|Photo taken from internet. Original source unknown|
A comment by Ashfaque Nizamani
Some Sindhi writers / intellectuals are claiming that Sindhi society is a feminist society (as per a BBC Urdu news report). Well, it may be true for some individuals on micro level but the idea of equality between Sindhi males and females seems to be absurd on macro level. In Sindhi society, males and females do not have, and never have had equal rights and opportunities. Male dominance is so much, that, females are considered worth less then cattle. Daily abuse and beating of women in houses is very common. They are also killed by males on petty issues, which are not even reported to police. Women killed as Kari is a well-known subject in Sindh. People kill their own daughters, sisters, wives and mothers. Women are even left to die when sick by ignoring them and denying them proper treatment.
Killing of females apart from declaring them kari (accused of “illicit” relations), on petty issues is very common; even young sons thrash/beat/abuse, and cause physical/mental/psychological injuries, which sometimes become the cause of death of their mothers.
Marriages of old, married, divorced and widowed males with younger females are very common but these opportunities are almost non-existent for divorced, widowed, half-aged or old females. This situation is same in all the classes of Sindhi society, whether an elite, middle class or a peasant class female.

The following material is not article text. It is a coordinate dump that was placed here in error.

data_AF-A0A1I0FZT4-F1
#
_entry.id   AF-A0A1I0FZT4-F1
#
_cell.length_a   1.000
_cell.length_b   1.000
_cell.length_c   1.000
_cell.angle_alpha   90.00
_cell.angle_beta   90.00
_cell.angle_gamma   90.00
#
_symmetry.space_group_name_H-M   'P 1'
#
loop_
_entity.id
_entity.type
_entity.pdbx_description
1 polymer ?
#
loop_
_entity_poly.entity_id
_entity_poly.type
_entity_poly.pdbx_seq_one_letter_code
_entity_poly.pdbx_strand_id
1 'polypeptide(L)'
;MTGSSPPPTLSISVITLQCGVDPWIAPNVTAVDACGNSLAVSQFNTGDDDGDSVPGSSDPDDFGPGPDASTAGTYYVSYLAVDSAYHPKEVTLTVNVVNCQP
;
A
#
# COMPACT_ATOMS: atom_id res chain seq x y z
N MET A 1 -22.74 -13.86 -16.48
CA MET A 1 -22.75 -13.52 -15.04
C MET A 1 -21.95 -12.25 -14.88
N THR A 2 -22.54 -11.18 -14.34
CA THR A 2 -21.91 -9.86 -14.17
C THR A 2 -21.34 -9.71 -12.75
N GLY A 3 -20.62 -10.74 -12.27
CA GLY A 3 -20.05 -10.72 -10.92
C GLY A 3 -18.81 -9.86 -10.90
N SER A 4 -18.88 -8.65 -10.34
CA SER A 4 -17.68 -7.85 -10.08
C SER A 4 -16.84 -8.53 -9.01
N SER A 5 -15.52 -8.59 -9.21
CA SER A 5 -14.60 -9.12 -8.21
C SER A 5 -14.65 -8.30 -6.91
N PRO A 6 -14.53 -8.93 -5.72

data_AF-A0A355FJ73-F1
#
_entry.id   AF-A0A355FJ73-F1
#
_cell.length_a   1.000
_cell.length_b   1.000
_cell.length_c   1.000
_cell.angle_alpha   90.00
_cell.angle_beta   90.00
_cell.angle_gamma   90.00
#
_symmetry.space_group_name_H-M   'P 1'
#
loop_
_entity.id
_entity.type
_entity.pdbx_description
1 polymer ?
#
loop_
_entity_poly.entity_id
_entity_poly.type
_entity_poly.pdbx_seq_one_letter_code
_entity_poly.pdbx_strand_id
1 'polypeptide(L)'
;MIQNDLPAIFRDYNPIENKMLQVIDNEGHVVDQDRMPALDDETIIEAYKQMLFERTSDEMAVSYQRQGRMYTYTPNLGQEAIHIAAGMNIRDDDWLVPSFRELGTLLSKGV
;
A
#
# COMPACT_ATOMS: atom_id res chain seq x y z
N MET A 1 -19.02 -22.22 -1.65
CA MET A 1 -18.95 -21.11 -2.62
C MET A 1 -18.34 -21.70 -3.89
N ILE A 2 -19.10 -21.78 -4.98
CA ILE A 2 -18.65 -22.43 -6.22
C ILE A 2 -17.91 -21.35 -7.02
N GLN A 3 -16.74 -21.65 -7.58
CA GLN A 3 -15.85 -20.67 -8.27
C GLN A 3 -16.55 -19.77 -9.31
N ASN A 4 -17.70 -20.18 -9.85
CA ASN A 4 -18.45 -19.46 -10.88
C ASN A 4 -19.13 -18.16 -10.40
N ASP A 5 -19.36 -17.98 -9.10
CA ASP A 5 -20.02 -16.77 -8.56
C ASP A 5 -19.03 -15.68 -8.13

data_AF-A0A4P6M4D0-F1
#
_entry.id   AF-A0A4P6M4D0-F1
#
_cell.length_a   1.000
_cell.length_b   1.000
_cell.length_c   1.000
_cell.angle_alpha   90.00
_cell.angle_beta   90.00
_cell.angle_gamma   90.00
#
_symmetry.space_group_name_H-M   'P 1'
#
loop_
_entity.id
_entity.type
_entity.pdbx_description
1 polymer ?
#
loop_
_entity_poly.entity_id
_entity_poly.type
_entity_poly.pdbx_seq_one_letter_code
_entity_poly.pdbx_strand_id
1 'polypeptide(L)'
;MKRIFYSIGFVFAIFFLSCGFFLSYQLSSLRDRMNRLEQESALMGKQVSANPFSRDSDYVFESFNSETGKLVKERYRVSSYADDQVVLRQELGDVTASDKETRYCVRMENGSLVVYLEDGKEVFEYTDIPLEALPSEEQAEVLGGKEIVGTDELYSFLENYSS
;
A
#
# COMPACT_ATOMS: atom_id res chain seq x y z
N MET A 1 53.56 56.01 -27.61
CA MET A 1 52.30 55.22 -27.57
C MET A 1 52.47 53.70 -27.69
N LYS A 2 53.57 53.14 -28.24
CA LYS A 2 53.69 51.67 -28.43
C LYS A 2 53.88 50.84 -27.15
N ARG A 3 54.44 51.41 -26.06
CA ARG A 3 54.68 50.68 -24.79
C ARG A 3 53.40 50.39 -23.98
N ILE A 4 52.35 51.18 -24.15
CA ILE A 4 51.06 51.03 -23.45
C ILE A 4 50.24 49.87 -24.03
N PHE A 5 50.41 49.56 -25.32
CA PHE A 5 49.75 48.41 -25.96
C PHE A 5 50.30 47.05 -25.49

Males can marry females of their own choice, but for females this opportunity is rare.
In the case of a divorce, the burden of keeping children falls on females. Males are considered free from raising and feeding their own kids from former spouses. Males can easily get new younger female wives, and enjoy their sexual life with them; but their former wives, live their entire life, barren from pleasures of life.
Females even cannot listen to love songs (Jalal Chandio, Umrani and others), which males can publicly listen, sing and enjoy.
Sindhi society, like any less-civilized society has not developed any mechanism to protect the weaker sections of their society, which includes females. Might is right in such societies.
At macro level, a female, whether it belongs to a rich family or a poor family has no at par rights with males in Sindh.
The situation in general is very grave and alarming. By engaging in self-deceptive rhetoric, one will not be able to help improve the condition of females in Sindh. There should be an awakening movement in Sindh for protecting the rights of weaker sections of the society, and to give it a posture of a true civilized society.